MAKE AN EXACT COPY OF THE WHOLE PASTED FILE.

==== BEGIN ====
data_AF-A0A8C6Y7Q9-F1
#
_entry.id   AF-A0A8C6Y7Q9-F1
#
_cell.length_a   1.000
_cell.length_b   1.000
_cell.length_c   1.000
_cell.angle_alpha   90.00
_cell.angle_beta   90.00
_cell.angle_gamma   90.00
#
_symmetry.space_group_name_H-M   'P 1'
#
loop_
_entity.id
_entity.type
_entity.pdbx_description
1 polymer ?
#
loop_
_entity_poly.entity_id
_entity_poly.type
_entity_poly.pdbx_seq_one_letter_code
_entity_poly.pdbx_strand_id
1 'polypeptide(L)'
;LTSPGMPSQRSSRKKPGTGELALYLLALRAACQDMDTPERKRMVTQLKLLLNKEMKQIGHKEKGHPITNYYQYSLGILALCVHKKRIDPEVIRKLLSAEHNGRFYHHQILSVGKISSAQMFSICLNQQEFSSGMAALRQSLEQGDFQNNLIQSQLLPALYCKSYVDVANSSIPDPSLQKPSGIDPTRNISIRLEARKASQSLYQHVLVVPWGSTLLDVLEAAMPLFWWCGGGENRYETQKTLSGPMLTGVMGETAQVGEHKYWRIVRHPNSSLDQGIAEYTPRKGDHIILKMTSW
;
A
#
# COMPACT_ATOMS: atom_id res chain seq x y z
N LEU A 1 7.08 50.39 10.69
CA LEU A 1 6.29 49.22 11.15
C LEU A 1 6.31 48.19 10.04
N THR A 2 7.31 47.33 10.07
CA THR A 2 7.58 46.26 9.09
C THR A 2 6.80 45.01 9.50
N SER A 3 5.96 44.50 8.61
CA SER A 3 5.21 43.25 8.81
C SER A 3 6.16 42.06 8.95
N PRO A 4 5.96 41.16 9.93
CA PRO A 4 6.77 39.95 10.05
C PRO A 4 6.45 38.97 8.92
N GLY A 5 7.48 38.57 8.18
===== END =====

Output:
data_AF-A0A8C6Y7Q9-F1
#
_entry.id   AF-A0A8C6Y7Q9-F1
#
_cell.length_a   1.000
_cell.length_b   1.000
_cell.length_c   1.000
_cell.angle_alpha   90.00
_cell.angle_beta   90.00
_cell.angle_gamma   90.00
#
_symmetry.space_group_name_H-M   'P 1'
#
loop_
_entity.id
_entity.type
_entity.pdbx_description
1 polymer ?
#
loop_
_entity_poly.entity_id
_entity_poly.type
_entity_poly.pdbx_seq_one_letter_code
_entity_poly.pdbx_strand_id
1 'polypeptide(L)'
;LTSPGMPSQRSSRKKPGTGELALYLLALRAACQDMDTPERKRMVTQLKLLLNKEMKQIGHKEKGHPITNYYQYSLGILALCVHKKRIDPEVIRKLLSAEHNGRFYHHQILSVGKISSAQMFSICLNQQEFSSGMAALRQSLEQGDFQNNLIQSQLLPALYCKSYVDVANSSIPDPSLQKPSGIDPTRNISIRLEARKASQSLYQHVLVVPWGSTLLDVLEAAMPLFWWCGGGENRYETQKTLSGPMLTGVMGETAQVGEHKYWRIVRHPNSSLDQGIAEYTPRKGDHIILKMTSW
;
A
#
# COMPACT_ATOMS: atom_id res chain seq x y z
N LEU A 1 7.08 50.39 10.69
CA LEU A 1 6.29 49.22 11.15
C LEU A 1 6.31 48.19 10.04
N THR A 2 7.31 47.33 10.07
CA THR A 2 7.58 46.26 9.09
C THR A 2 6.80 45.01 9.50
N SER A 3 5.96 44.50 8.61
CA SER A 3 5.21 43.25 8.81
C SER A 3 6.16 42.06 8.95
N PRO A 4 5.96 41.16 9.93
CA PRO A 4 6.77 39.95 10.05
C PRO A 4 6.45 38.97 8.92
N GLY A 5 7.48 38.57 8.18